Rating: 5/5 Stars
I was given an eARC of this novel by the author in exchange for an honest review. This review will be spoiler-free.
For full disclosure, I want to put it out there that I am on Jenna Moreci’s street team for this novel. However, I can assure you that this did not cloud my judgement at all. I was prepared to give this novel a bad review if it deserved it, though, luckily for me (and for all of you), Moreci wrote an amazing book.
First off, the pacing was so well done. It’s been such a long time since a novel has hooked me like this, and I found myself taking any free moment I had to get in as much reading as I could. Once the main character, Tobias, had been accepted into the Sovereign’s Tournament (which I believe happened no later than the second chapter), I can’t think of a single dull moment where I was left feeling bored or wishing the plot would move faster. Moreci also did a great job of balancing the action, humor, and romance, making all three elements move the story along at a breakneck speed that kept me enthralled.
Speaking of the romance, can we get a “HELL YEAH!” up in here for a legitimately healthy relationship? First of all, I’m trash for the forbidden romance trope, so Moreci already had the advantage by including it in her novel. But also including multiple instances of the characters asking for consent, stopping to make sure the other was comfortable, and a million other adorable moments made me squee like a teenage girl.
Another great thing about this book was the world building. It was obvious how much time Moreci took to create a believable world for her story to take place in. Religion, government, and culture were a huge aspect to the novel, and they were very fleshed out and easy for the reader to understand. There were some things that were left unexplained, but since this book is the first in a series I’m willing to withhold judgement on this front until the series is complete. Anything that wasn’t made clear, though, did not impede my understanding or knowledge of what was happening in the novel, which is what’s important at this point.
The characters, too, were both an important aspect of this book and one of the best aspects of this book. With such a large cast, it would have been easy for the reader to get lost trying to remember who everyone was, and I will admit that sometimes I forgot some of the less important characters, but overall Moreci did a great job making each character stand apart from the others with their own personality and identifiable qualities. One of the best moves she made was assigning ‘laurels’ to the competitors in the tournament, which were labels used to tell the characters apart. For example, Tobias was the Artist. These really helped to keep the competitors straight in my mind, at least for the first half of the novel as I worked to learn their real names and personalities. The characters were also very diverse, and not only racially. There were LGBT+ characters, physically disabled characters, and mentally disabled characters as well, and it never felt like Moreci was trying to make her novel diverse for diversity’s sake.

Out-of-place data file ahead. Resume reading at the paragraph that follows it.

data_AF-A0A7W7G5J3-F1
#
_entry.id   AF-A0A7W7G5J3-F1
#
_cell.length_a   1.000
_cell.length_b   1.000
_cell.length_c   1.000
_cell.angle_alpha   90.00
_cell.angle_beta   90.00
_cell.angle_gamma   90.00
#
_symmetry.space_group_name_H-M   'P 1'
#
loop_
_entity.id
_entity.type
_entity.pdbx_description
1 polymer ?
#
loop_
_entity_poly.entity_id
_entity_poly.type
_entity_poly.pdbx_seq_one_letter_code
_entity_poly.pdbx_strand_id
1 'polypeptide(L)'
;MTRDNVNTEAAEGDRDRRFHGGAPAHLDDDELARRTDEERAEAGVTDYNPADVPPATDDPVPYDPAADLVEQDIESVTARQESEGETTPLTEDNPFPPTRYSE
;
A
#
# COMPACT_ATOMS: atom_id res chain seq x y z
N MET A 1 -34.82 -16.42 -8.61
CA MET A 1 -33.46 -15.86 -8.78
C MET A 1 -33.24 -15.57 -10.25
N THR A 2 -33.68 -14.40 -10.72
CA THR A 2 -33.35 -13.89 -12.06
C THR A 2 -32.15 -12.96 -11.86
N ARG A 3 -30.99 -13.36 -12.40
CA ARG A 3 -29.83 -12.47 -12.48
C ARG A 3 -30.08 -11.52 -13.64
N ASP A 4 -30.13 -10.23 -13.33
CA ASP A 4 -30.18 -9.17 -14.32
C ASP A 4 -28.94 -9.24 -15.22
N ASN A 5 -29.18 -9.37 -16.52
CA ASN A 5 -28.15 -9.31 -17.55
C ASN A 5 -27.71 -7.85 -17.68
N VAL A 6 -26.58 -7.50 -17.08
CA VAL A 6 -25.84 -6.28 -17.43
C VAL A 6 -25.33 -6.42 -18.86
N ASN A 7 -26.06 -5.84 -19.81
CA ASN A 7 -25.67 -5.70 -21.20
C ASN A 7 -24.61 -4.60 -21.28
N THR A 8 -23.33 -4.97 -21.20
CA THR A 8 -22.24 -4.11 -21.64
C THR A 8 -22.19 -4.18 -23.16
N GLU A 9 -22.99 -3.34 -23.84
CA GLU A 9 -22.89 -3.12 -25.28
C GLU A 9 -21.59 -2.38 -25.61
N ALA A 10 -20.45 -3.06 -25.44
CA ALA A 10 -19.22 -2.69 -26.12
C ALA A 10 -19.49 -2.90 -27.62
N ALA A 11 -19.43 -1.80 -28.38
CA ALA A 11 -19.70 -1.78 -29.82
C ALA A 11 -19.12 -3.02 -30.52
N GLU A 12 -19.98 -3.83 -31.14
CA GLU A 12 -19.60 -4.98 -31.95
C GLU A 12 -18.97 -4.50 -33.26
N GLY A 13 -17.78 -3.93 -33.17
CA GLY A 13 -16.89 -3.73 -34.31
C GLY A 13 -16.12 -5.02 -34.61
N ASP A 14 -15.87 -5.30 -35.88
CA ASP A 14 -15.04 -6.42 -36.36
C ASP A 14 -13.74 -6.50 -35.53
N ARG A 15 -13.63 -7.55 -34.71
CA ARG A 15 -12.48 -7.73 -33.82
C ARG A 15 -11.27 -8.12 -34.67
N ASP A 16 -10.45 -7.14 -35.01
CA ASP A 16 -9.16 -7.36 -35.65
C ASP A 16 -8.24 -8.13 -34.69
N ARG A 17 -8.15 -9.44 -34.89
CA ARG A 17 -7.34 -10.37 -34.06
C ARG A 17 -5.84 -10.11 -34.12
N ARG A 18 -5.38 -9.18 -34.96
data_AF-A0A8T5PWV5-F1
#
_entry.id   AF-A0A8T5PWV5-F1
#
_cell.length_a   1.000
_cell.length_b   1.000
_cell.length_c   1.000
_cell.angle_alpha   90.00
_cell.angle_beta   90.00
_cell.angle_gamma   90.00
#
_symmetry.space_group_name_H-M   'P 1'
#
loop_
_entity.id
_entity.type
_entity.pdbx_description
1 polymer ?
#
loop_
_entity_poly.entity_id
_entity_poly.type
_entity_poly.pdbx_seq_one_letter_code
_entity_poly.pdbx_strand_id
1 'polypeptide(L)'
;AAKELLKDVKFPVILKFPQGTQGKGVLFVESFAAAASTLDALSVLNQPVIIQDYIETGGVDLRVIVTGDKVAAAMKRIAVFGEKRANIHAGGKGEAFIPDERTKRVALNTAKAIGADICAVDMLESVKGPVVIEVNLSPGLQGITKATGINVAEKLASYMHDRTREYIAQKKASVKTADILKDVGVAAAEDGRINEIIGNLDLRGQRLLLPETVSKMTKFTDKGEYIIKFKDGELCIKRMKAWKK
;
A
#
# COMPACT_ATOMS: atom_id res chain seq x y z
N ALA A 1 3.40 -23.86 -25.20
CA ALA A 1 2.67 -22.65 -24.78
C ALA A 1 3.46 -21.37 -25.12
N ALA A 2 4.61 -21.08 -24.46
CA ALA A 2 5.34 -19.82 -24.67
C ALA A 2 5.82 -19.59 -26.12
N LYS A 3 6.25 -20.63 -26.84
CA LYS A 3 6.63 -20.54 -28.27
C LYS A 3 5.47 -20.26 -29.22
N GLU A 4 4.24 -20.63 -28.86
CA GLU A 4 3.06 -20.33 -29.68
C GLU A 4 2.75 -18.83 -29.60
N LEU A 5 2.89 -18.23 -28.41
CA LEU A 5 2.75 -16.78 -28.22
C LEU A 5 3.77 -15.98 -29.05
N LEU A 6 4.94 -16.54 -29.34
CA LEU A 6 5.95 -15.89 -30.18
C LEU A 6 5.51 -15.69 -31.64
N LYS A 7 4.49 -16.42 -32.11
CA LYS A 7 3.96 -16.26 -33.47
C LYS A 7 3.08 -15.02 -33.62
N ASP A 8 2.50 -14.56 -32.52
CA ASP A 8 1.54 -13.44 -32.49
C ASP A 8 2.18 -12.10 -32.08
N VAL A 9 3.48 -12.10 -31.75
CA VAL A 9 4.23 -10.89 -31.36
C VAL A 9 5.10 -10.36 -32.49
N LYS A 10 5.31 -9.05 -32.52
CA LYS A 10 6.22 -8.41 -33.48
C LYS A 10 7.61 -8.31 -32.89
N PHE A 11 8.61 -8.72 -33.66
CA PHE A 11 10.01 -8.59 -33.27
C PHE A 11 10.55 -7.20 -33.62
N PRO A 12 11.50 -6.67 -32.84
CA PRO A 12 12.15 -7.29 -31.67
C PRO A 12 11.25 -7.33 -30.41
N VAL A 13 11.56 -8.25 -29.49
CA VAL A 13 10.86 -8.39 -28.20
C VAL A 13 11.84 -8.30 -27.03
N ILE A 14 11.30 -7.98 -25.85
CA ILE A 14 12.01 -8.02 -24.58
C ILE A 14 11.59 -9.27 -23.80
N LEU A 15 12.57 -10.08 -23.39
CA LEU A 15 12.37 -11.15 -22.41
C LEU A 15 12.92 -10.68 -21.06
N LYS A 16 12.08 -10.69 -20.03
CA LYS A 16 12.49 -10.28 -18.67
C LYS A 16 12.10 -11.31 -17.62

Of course, no book is perfect, and there were a couple of things I picked out that could have been improved. These were just small things, though, and did not impede my enjoyment of the novel enough to deduct points from my rating.
The first thing was some of the dialogue during chapter one. Tobias’s mother and sister info dump the backstory of who the Savior is and why they hold the Sovereign’s Tournament through dialogue that doesn’t sound very natural. In general, having characters give the “As you know…” info dump is not the best way to get information across to the reader, and I think this could have been handled in a different way.
The other thing that bothered me a little was the capitalization when it came to the Savior. The pronouns I understood, and I felt like they added to the world building in a positive way. However, there were moments where the competitors were discussing Her, and they would say things like, “Tell me She’s not the most ravishing Creature you’ve ever seen.” The capitalization of “Creature” here felt superfluous and took me out of the story for a second.
I would also like to give a few trigger warnings for this novel, those being: Sexual harassment/assault (on women and men), descriptions of blood and gore, and spiders (my arachnophobia flared up hard while reading this book).
Overall, though, this novel was fantastic. The plot was well-crafted, the characters were fun to get to know (or fun to hate with a fiery passion), and the world was pretty fully fleshed out. This novel would best be described as The Hunger Games meets The Bachelorette, with a dash of some spicy forbidden romance. And if you don’t love Tobias by the end of this novel, there’s something wrong with you.
I would recommend this book to anyone who is a fan of trial-centric stories (like The Hunger Games or the fourth Harry Potter novel, for example) and epic, healthy love stories. I would not, however, recommend this book to anyone who is extremely bothered by death and gore, for obvious reasons, or to anyone who doesn’t like to read graphic depictions of sexual acts.